About the Book
Publisher: Bird’s Nest Books
Publication date: August 31, 2017
The southern town of Saisons lies at the crossroads between North and South, progressive and genteel antebellum life. Between East and West, between history and heritage, and new frontiers. Downton Abbey meets Gone With the Wind.
It’s 1912, in a world where slavery is dying and women’s rights are rising, and four young women who once shared a bond—and experienced a tragedy—question their own truths.
But as Mercedes plays detective to her friends’ questions, she discovers something far more shocking—she herself is not who she thought she was.
What better way to start a book then knowing it’s Downtown Abbey meets Gone With the Wind? It was a great story! Although I felt it was a bit long, I enjoyed my time with Mercedes. In fact, at times I wish I was there with her! My favorite part was her first encounter with Simone. It was that combination of excitement and fear, and Ms. Mason did a wonderful job writing that scene.
With a beautiful setting, adventurous characters, and a mystery to solve, you can be sure to get pulled into the storyline easily. So get your sweet tea, find a rocking chair on a porch (or just sit outside and enjoy the fresh air), close your eyes, and find yourself in the Old South right next to Mercedes. Be sure to block out extra reading time so you can read as much of it, if not all of it, as you can.
I received a complimentary copy of this book. I was not required to write a favorable review. All thoughts and opinions are my own.
About the Author
Ms. Mason has been writing since 1995, and began working in earnest on her debut novel, Tessa, in 2013. Meanwhile, she cranked out a few dozen poems, made countless notes for story ideas, and earned her BFA in Interior Design. Ms. Mason lived with depression for many years, and the inherent feelings of worthlessness and invisibility; she didn’t want to be who she was and struggled with her own identity for many years. Her characters face many of these same demons.
Ms. Mason writes stories of identity conflict. Her characters encounter situations that force the question, “Who am I really?” For all who have ever wondered who you are or why you’re here, her stories will touch you in a very real—maybe too real—and a very deep way. “I know, I write from experience.”
Ms. Mason has three novels previously published in the unsavory heritage series. Tessa, Clara Bess, and Cissy are available on Amazon, both for Kindle and in print. She also has several poems included in an anthology, Where Dreams and Visions Live (Anthologies of the Heart Book 1) by Mary Blowers, as well as a short story, Sarafina’s Light, also in an anthology, Blood Moon, compiled by Mary Blowers. She is currently working on The Tilting Leaves of Autumn, Book Two in her new series, Seasons. It releases in November, following The Long Shadows of Summer which releases in August. Books 3 and 4 in the series will be out in 2018.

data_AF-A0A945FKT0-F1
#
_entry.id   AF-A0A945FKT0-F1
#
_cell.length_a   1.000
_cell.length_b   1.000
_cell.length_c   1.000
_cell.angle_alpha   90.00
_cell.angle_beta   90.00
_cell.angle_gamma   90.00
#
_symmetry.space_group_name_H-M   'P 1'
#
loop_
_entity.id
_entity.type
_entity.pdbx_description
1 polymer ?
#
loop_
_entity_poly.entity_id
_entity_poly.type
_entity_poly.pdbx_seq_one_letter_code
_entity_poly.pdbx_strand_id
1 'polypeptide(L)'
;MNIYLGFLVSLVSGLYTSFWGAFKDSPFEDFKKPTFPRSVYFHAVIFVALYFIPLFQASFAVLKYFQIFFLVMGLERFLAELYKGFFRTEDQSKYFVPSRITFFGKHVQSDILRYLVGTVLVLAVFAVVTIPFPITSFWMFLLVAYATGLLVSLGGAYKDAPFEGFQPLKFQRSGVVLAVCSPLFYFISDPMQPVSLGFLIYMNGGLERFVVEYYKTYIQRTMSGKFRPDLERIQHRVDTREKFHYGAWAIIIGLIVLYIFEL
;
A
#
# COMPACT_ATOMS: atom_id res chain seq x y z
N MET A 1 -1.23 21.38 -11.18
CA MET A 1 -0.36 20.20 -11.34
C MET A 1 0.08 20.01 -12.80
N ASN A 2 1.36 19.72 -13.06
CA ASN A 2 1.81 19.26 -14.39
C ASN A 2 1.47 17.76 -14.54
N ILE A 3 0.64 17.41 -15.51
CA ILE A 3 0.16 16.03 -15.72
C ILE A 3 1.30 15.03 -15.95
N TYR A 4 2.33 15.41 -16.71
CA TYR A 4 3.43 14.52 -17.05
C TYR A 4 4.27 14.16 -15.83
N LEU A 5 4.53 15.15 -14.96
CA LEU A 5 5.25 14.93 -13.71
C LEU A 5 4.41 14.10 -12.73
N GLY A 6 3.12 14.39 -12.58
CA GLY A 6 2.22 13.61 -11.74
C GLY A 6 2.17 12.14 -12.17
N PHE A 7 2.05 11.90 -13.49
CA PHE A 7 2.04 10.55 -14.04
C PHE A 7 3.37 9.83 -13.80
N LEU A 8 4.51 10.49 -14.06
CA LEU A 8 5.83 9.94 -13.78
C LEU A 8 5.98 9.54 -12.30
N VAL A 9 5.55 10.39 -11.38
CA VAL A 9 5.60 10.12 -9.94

Robin has agreed to share 10 Behind the Scene facts with us!!
- The first bit I got of this series was the four names of the friends: Mercedes, Simone, Scarlett, and Pearl. They became the main characters of each of the books.
- The story, however, is not what I had first thought it would be.
- Nor is the setting—I didn’t know it was 1912 and 1913 until I started trying to place it. For a brief moment, it was set in the ‘60’s, and they were kids.
- This is my first go at writing in first person. I like it, and have been told I’ve “found my voice.”
- I “saw” the swamp and black river as I was perusing images for inspiration. And once I did, it began to gel in my head.
- At one point, Simone calls Mercedes “pragmatic,” and I realized each of my four main characters is one of the four temperaments: phlegmatic, sanguine, melancholic, and choleric.
- I knew the general setting, and used Google maps to find a town to “borrow.” Saisons is based loosely on Lake City, SC—until I moved it south a little on the Edisto River rather than the Santee.
- I chose the Chicora Indians for my village because they are a lesser known nation—with less available resources! I’ve pulled from other Indian Nations in the area and created a plausible culture.
- I did not know / remember the French bit in the history of South Carolina until I was doing my research. (In my defense, we moved to Colorado when I was 13.) That ended up playing heavily in the story, with much cultural influence—and language. I only hope I didn’t slaughter the French bits I included!
- As an interior designer, I have to draw up (rough) floor plans for the houses my peeps live in so I know which room is where.
Blog Tour Schedule
September 25 – Singing Librarian Books
September 26 – Reading Is My SuperPower | Faery Tales Are Real
September 27 – The Green Mockingbird | Christy’s Cozy Corners
September 28 – A Baker’s Perspective
September 29 – Faithfully Bookish | Paulette’s Papers
September 30 – Encouraging Words from the Tea Queen | Soulfully Romantic